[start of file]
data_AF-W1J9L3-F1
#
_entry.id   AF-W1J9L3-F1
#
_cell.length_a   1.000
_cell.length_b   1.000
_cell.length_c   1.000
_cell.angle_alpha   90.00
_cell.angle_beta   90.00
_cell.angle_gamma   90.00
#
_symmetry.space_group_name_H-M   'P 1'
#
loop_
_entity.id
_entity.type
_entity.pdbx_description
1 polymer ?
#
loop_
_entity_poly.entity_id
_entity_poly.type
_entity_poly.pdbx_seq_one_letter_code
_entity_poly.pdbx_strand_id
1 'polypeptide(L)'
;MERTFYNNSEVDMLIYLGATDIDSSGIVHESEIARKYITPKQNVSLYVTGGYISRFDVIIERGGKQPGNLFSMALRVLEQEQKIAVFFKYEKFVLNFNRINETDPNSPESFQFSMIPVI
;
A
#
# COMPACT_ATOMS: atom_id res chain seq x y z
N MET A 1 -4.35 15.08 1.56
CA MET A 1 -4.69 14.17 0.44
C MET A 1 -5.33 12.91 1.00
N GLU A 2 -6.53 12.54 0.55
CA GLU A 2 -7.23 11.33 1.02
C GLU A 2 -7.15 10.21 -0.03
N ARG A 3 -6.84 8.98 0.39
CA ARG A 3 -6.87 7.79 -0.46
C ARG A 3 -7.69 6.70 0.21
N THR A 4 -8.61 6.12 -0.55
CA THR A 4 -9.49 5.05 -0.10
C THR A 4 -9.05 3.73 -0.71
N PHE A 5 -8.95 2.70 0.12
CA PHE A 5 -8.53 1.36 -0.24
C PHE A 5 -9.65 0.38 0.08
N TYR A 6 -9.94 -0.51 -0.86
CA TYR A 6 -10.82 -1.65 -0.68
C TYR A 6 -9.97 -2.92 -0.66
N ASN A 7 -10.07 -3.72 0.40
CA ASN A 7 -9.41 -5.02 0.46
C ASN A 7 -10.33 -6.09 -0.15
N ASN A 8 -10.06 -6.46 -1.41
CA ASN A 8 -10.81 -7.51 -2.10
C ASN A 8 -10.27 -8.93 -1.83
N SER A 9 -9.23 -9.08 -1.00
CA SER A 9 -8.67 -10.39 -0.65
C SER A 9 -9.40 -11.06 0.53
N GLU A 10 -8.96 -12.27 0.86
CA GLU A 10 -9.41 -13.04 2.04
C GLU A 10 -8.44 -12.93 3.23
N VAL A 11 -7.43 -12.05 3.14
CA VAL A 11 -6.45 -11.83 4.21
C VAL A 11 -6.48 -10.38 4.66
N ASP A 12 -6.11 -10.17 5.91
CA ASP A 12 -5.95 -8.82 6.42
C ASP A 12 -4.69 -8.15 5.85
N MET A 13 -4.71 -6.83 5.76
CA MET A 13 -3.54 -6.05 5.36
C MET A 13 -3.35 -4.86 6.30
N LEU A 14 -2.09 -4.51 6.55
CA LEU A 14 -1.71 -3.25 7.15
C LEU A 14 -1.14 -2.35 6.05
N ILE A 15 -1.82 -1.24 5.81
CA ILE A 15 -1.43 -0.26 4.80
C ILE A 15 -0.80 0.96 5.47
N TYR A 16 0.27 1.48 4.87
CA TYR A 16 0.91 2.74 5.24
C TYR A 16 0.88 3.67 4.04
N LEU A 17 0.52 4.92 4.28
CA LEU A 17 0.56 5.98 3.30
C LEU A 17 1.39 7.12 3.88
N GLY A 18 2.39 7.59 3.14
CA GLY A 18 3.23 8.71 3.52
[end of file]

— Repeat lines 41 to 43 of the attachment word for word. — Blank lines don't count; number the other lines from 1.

CA THR A 4 -9.49 5.05 -0.10
C THR A 4 -9.05 3.73 -0.71
N PHE A 5 -8.95 2.70 0.12